War for the Planet of the Apes

1968's Planet of the Apes is a much revered classic that spawned multiple sequels and has lived on in popular culture ever since. Featuring a central performance from the beloved Charlton Heston and delivering one of the greatest endings of all time, it was an instant hit and is still remembered fondly today. So when the series was rebooted in 2011, there was considerable scepticism and doubts over whether such a project could succeed 40 years after the original. 

But Rise of the Planet of the Apes was a hugely deserved success and was such a hit that it spawned 2014's sequel Dawn of the Planet of the Apes, which was equally brilliant. So now we have War for the Planet of the Apes, with the return of director Matt Reeves (who previously took charge of Dawn).

The biggest difference between War and its two predecessors is how much the focus has shifted towards the apes. Rise was a largely human-led story, where we witnessed Caesar's upbringing by scientist Will Rodman (one of James Franco's most underrated roles), and the story Dawn was split about half and half between man and ape, as the power struggle between Caesar and his nemesis Koba came to a head and Gary Oldman's group of survivors struggled to fend for themselves in San Francisco. 

With War though, the focus is now firmly on the apes. About half an hour into the film, you realise that, apart from the attacks from a handful of soldiers, the story is firmly entrenched in the apes' struggle to maintain their territory and defend their families. As before, Andy Serkis takes center stage as the commanding leader Caesar with another stunning performance, an extraordinary role that sets a new benchmark for motion-capture and yet again shows why he is the master of CG roles. The remarkably physical role is honestly flawless and push the capabilities of the visual effects to its very limits.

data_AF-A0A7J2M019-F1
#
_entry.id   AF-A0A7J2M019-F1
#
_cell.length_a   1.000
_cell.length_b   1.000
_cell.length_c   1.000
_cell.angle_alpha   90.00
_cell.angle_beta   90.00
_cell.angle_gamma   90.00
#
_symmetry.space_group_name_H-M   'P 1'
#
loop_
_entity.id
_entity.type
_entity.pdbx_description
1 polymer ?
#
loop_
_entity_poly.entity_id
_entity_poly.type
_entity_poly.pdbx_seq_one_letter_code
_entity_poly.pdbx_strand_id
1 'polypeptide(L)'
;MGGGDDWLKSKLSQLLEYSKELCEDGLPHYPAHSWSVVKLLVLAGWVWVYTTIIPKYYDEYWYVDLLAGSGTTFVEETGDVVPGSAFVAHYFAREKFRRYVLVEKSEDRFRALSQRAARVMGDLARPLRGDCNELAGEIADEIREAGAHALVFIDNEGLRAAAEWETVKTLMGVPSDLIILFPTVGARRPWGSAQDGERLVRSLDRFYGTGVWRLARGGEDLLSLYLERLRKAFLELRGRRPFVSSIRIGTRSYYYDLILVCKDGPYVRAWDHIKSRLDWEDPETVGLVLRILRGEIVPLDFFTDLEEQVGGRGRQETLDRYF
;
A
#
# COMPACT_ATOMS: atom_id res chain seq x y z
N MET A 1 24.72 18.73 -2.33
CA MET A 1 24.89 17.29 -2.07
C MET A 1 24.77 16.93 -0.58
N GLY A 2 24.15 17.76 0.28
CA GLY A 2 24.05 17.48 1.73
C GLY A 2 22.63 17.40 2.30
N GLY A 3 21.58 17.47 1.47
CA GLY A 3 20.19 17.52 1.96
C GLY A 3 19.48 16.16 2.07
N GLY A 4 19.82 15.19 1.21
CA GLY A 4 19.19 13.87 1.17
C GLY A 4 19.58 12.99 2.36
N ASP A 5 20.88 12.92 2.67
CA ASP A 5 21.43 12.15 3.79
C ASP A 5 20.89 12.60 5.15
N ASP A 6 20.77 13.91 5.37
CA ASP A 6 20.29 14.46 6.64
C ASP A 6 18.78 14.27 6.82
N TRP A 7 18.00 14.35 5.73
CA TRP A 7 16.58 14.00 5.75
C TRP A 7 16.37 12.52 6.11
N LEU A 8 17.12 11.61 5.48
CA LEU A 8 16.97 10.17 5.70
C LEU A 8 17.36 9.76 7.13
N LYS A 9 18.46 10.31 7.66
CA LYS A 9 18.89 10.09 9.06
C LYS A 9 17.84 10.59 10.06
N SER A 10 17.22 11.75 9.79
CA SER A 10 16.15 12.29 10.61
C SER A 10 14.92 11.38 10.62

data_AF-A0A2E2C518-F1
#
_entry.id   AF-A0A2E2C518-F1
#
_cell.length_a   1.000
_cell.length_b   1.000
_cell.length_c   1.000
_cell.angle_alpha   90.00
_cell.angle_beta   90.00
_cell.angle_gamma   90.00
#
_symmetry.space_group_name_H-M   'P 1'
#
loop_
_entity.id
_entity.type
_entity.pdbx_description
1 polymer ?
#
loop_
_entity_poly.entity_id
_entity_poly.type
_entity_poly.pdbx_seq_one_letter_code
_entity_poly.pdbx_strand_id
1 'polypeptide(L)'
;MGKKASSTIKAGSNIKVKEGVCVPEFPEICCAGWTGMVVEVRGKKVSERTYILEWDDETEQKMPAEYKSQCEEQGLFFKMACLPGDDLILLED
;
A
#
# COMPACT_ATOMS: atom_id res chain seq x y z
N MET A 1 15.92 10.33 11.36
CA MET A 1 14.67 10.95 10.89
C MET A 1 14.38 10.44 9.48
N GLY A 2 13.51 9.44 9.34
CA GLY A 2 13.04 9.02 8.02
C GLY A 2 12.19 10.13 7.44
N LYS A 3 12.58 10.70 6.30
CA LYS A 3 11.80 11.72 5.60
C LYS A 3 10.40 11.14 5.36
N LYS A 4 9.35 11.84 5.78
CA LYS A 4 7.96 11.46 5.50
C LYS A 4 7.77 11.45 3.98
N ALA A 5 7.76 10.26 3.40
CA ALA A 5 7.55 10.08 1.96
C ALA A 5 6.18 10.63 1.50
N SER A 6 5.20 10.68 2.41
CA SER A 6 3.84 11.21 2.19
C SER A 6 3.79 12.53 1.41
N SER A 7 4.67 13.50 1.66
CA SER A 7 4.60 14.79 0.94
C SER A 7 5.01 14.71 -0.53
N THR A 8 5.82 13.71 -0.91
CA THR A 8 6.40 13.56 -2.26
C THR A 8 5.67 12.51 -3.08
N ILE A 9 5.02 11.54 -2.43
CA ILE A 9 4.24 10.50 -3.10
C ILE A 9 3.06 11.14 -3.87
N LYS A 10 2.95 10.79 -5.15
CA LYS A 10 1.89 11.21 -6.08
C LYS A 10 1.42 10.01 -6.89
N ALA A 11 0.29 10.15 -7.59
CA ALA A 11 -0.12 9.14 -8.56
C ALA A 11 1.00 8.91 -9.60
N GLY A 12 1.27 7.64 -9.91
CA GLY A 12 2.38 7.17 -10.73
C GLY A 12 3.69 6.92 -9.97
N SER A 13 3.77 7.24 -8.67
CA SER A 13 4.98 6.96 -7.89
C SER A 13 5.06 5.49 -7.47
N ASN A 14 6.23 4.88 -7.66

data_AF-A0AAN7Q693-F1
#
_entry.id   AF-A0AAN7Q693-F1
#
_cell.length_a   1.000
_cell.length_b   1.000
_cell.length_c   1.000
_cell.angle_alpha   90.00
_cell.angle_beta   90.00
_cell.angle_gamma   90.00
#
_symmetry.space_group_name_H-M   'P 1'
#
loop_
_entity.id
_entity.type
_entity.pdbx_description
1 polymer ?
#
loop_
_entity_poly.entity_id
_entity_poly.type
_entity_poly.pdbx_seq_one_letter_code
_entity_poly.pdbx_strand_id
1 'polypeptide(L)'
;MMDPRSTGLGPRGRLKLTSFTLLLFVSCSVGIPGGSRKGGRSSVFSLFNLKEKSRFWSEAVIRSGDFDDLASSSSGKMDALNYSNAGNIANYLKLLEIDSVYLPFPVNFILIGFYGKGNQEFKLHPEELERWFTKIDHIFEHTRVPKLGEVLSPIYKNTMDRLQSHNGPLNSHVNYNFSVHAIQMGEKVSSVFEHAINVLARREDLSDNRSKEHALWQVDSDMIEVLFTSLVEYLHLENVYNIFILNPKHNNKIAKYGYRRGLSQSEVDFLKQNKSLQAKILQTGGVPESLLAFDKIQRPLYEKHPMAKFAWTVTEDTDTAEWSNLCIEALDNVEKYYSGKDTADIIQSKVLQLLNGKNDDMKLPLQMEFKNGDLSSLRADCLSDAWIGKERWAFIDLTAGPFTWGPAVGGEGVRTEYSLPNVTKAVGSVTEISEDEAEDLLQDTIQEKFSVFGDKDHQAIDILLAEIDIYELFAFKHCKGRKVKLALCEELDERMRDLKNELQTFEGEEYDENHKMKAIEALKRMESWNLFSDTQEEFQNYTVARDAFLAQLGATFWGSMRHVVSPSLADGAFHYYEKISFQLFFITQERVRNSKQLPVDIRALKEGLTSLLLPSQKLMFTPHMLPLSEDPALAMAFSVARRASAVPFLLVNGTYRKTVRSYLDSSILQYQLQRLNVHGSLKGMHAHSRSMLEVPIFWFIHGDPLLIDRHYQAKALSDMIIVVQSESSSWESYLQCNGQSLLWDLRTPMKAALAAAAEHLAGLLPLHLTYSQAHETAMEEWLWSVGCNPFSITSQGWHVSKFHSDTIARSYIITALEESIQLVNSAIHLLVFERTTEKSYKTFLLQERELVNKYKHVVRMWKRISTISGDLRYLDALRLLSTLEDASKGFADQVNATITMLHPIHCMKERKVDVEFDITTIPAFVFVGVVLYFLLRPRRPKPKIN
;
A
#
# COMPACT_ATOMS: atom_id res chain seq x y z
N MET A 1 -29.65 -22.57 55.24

In fact, the most impressive part of the film is the all around flawless quality of the visuals. We are now at a stage in filmmaking where it is pretty much impossible to tell the difference between the realism of human actors and CG characters, meaning the whole of War feels somewhat like a love letter to the CG team and there was not a single moment where I wasn't utterly convinced by the stunningly convincing visuals. When I reviewed Dawn, I stated that that was the pinnacle of visual effects but, as I had hoped, War takes it one step further again. 

It's therefore such a shame to see such impressive performances and visuals let down by a tired, lacklustre story that almost makes me feel like the series is starting to run out of ideas. Both Rise and Dawn showed their brilliance in rebooting a beloved classic by telling a vastly different origin story that placed human conflict alongside ape conflict to tell a genuinely original tale. 

But War almost feels like it is subscribing to the Marvel model of when you run out of ideas, just have a huge battle. Throughout the film, you feel the story continually losing focus on Caesar and his struggle to defend his tribe. Instead, the film defaults to a disappointingly simplistic revenge tale that feels so overdone and stale that it discredits the originality of its successors. 

Add to this the frustratingly overegged and cliched Vietnam War nods and this is one frustrating film. At one point, we even get a glimpse of graffiti declaring that this is "Ape-ocalypse Now." Oh, so subtle. In addition, Woody Harrelson's admittedly entertaining performance as central villain "The Colonel" is criminally underused and, even though he's clearly channeling Marlon Brando's Colonel Kurtz from Apocalypse Now, Harrelson deserves far more screen time here.

Almost every component of War for the Planet of the Apes is flawless and it has all the trappings of a wholly refreshing blockbuster that, like the series as a whole, has become a unique saving grace of the summer cinema season. 

It was therefore so disappointing to discover that the core story was so copy and paste that it fails to lift the film into a truly memorable experience. It still packs enough of a punch to recommend though, even if it's just to witness those immaculate visuals or Serkis' performance, which is truly unlike anything you've ever seen before.